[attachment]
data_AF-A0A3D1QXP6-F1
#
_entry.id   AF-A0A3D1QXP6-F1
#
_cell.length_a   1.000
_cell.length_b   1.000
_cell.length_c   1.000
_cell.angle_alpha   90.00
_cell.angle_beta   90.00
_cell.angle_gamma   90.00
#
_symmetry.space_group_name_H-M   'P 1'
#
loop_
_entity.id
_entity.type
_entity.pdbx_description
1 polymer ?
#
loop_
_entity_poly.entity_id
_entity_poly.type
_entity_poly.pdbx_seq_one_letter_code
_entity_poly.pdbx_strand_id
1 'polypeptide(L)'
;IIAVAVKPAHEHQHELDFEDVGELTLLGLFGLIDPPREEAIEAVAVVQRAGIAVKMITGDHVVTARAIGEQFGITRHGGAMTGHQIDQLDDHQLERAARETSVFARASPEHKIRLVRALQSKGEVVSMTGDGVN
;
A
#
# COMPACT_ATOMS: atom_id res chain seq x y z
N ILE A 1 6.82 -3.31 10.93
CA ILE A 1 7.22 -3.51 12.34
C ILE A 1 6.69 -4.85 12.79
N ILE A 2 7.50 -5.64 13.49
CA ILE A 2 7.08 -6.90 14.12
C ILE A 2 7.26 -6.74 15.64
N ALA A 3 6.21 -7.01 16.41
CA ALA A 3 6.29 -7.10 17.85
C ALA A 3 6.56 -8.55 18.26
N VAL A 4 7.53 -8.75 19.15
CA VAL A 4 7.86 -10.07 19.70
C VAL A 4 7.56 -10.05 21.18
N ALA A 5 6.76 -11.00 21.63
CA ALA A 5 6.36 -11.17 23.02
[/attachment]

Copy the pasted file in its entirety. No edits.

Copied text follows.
data_AF-A0A3D1QXP6-F1
#
_entry.id   AF-A0A3D1QXP6-F1
#
_cell.length_a   1.000
_cell.length_b   1.000
_cell.length_c   1.000
_cell.angle_alpha   90.00
_cell.angle_beta   90.00
_cell.angle_gamma   90.00
#
_symmetry.space_group_name_H-M   'P 1'
#
loop_
_entity.id
_entity.type
_entity.pdbx_description
1 polymer ?
#
loop_
_entity_poly.entity_id
_entity_poly.type
_entity_poly.pdbx_seq_one_letter_code
_entity_poly.pdbx_strand_id
1 'polypeptide(L)'
;IIAVAVKPAHEHQHELDFEDVGELTLLGLFGLIDPPREEAIEAVAVVQRAGIAVKMITGDHVVTARAIGEQFGITRHGGAMTGHQIDQLDDHQLERAARETSVFARASPEHKIRLVRALQSKGEVVSMTGDGVN
;
A
#
# COMPACT_ATOMS: atom_id res chain seq x y z
N ILE A 1 6.82 -3.31 10.93
CA ILE A 1 7.22 -3.51 12.34
C ILE A 1 6.69 -4.85 12.79
N ILE A 2 7.50 -5.64 13.49
CA ILE A 2 7.08 -6.90 14.12
C ILE A 2 7.26 -6.74 15.64
N ALA A 3 6.21 -7.01 16.41
CA ALA A 3 6.29 -7.10 17.85
C ALA A 3 6.56 -8.55 18.26
N VAL A 4 7.53 -8.75 19.15
CA VAL A 4 7.86 -10.07 19.70
C VAL A 4 7.56 -10.05 21.18
N ALA A 5 6.76 -11.00 21.63
CA ALA A 5 6.36 -11.17 23.02